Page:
Luke Donaphon feels the love after his walk-off single lifted St. Joseph’s Prep past Bonner-Prendergast, 8-7, on April 26. (Photo by Evelyn Sanders)

It’s fair to say that every baseball or softball player has fantasized about heroically lifting a team to victory on a walk-off, a term coined by Major League Baseball Hall of Fame pitcher Dennis Eckersley in 1988.

So far this season, several Catholic League student-athletes have experienced the thrill of delivering a knockout punch to the opposition, followed by the euphoria of being mobbed by appreciative teammates and coaches.

Let’s start with the Kelly brothers – senior John and sophomore Jason – of Roman Catholic.

In an extra-inning nail biter April 19, Archbishop Ryan took a 5-4 lead in the top of the eighth. Undaunted, the Cahillites loaded the bases with two outs in the bottom half.

On a 2-2 pitch, John Kelly singled to right field, scoring senior Jimmy Ferioli (pinch running for junior Frank Jaworski, who had walked) and sophomore Gaetan Grandelli (hit by pitch) for a thrilling 6-5 win.

“I wasn’t really having a great day at the plate but my teammates kept me into it,” said Kelly, a first baseman. “I just took a swing on the first fastball I saw and then it happened to fall. It has always been a dream and when everyone ran out, the feeling was unreal to celebrate a huge win with my brothers.”

Furnishing sweetener, Kelly’s heroics made his sophomore brother Jason Kelly the winning pitcher because he had pitched the last 2 1/3 innings.

“It was definitely special to have my brother on the field with me because we have never been on the same team,” said John, who also started for the Roman basketball team that won this year’s Catholic League championship at the Palestra and then the PIAA Class 6A state title in Hershey. “Having him out there just made it a great win. It was a total team effort to pull that out.”

Jason Kelly, a starting third baseman, couldn’t have been more thrilled for his older brother. He also felt like he owed him one, because in the ultimately victorious eighth, he had struck out with two on and one out. Sophomore Robert Buckley (two runs batted in) had kept the inning alive and loaded the bases with an infield single.

“I was thinking, ‘John, please get a hit,’ and I hear my coach screaming, ‘He’s in the Palestra, he’s in the Palestra,’” said Jason. “So when I saw the ball get hit over the second baseman’s head my heart dropped, and when the runner scored, I was never so happy.”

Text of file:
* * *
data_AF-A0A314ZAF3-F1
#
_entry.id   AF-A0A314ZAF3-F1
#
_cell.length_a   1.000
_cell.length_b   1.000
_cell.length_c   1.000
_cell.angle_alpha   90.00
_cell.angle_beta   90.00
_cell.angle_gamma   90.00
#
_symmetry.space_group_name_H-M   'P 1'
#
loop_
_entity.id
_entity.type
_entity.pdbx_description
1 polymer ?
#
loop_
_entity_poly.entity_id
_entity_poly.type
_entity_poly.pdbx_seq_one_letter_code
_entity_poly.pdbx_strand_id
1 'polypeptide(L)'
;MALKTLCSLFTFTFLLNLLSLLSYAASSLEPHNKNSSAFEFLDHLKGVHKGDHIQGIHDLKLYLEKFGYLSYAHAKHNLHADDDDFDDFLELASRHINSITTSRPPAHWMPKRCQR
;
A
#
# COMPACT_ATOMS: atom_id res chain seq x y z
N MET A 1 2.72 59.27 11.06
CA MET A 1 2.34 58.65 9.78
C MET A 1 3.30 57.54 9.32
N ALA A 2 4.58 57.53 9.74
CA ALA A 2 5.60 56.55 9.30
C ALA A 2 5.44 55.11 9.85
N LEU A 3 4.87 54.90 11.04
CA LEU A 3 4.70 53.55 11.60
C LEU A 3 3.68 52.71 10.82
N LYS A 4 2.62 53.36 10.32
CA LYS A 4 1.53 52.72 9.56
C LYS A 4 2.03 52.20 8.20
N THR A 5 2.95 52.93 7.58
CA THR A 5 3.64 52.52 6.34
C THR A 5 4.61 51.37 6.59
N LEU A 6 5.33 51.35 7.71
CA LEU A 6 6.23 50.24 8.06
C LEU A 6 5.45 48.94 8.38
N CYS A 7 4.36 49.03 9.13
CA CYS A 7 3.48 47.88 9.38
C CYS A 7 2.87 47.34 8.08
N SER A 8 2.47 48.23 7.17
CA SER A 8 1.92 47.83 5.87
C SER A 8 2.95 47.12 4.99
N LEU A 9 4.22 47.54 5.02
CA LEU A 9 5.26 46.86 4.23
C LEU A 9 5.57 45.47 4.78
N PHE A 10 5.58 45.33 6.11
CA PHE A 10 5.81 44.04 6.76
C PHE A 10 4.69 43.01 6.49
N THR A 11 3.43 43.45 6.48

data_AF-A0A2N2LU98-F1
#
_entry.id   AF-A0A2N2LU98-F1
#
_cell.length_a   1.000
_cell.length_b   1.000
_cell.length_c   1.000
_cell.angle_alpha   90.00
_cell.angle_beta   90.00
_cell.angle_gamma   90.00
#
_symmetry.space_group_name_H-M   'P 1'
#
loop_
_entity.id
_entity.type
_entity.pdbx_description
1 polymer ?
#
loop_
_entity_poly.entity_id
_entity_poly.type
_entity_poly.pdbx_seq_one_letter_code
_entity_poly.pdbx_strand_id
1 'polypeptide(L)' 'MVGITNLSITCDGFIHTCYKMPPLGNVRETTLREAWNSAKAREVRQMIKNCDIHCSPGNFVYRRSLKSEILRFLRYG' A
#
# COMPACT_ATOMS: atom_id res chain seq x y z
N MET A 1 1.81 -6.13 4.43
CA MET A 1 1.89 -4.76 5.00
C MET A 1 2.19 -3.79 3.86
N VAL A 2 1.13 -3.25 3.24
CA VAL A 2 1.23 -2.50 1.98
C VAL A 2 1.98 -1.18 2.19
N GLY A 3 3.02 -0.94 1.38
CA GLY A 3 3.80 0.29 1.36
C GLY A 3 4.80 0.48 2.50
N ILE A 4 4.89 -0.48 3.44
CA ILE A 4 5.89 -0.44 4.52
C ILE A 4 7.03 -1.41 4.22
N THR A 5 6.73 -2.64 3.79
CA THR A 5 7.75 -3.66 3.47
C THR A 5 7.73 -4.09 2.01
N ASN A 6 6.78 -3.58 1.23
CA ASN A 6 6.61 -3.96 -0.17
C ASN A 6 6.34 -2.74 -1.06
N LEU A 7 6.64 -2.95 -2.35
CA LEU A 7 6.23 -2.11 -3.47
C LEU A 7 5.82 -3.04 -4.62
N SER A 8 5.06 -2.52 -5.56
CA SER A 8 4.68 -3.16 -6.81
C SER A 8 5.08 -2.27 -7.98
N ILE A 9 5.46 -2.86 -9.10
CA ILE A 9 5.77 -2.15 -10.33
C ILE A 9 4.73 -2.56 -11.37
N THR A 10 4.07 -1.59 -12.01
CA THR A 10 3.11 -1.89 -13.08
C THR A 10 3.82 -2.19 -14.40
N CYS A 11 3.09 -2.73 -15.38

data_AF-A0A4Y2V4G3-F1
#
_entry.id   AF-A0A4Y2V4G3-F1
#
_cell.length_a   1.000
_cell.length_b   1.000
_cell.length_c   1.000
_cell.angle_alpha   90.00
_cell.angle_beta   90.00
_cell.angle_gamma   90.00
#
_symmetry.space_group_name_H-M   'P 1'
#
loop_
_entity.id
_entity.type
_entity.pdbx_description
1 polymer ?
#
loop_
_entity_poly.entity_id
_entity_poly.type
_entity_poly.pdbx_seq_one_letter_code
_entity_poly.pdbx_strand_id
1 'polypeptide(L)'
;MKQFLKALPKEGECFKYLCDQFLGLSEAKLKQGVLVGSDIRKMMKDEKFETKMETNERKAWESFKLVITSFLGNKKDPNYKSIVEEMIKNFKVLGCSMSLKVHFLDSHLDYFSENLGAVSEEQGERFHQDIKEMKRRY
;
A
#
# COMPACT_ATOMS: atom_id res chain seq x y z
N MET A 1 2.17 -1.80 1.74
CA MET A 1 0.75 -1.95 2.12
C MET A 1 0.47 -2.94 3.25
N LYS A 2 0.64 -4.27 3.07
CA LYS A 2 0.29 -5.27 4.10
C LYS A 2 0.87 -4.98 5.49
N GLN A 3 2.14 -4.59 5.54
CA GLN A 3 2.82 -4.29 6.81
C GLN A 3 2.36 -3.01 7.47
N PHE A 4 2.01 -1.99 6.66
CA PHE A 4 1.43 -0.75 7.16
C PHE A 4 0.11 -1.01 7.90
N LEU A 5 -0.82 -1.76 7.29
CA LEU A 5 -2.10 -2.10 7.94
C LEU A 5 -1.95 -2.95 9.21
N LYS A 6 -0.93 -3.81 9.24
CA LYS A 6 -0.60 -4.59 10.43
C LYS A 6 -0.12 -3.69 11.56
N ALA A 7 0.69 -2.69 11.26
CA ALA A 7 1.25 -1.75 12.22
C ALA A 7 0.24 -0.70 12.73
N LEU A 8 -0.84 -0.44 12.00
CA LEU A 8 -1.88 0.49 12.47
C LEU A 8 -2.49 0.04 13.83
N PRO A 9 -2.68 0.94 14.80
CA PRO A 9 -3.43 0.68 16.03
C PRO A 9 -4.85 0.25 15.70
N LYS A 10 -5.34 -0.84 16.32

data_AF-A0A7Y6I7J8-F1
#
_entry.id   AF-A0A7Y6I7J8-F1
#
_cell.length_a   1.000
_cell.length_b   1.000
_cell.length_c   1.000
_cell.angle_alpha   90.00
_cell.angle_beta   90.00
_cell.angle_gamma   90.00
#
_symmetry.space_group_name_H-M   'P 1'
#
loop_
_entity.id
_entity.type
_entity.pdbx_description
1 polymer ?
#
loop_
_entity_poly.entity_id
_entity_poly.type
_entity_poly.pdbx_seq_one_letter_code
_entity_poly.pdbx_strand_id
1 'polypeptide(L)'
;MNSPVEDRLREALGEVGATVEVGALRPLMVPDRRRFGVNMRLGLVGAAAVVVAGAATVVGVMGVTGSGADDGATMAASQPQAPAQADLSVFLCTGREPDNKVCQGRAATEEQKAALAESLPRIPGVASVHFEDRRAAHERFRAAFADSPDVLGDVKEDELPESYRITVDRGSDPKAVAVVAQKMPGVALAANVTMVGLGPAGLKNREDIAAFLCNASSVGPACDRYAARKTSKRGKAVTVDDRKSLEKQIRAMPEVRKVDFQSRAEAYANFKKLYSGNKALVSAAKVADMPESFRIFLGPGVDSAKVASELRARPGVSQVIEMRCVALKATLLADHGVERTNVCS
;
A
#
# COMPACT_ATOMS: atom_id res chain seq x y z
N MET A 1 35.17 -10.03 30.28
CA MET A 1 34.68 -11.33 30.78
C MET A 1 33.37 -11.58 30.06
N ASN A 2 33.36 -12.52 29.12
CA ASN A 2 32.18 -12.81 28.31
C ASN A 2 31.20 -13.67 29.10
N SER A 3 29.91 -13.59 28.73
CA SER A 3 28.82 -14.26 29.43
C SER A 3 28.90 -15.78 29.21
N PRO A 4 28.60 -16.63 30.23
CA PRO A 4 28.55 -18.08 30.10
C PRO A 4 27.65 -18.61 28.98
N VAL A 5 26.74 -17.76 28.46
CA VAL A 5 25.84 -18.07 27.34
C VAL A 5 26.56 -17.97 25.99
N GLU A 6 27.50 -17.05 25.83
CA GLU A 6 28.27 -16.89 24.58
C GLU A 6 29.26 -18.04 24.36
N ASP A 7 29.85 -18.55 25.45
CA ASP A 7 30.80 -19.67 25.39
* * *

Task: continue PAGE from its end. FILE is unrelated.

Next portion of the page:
Jason said his striking out and John singling home two runs in the same inning was symbolic.

“We just support each other and always try to help each other out,” he said.

Unbeknownst to him, Jason Kelly would make his older bro proud with a game-winner of his own 11 days later. On April 30, Roman and St. Joseph’s Prep were deadlocked at 4-4 in the home seventh. With runners at first and second, Jason Kelly did more than just single. He belted a three-run homer over the left-center-field fence to give the Cahillites a stunning 7-4 victory.

“It was great,” said Kelly. “That whole game I was seeing mostly all breaking balls so I knew I wasn’t going to see a fastball. When I was batting I was thinking that just a little single would get the runner home because we had a speedy runner (aforementioned Gaetan Grandelli) on second.

“The count was 0-2 and I saw two straight curveballs and I knew he was going to throw it again, so it happened to break right down the middle and I just tried to hit the ball hard. It was my first walk-off and it is something I’ll never forget. A walk-off home run is what every baseball player dreams of.”

 

About 27 miles away on that same afternoon, Archbishop Wood had battled back from a 4-0 deficit thanks mostly to a three-run homer by senior John Gifford in the sixth. After holding Neumann-Goretti scoreless in the seventh, Wood sophomore Ryan DiVergilis started the seventh with a long double that clanked off the right-field wall.

After a single by senior Kyle McNamee and an intentional walk issued to senior Mike Ferrara loaded the bases with one out, junior Antonio Rossillo was in prime position to send the defending Catholic League champion Saints home with a rare loss.

With the crowd noise escalating and his teammates doing everything possible to rattle the NG pitcher, Rossillo smashed a shot deep enough to score DiVergilis with the winning tally.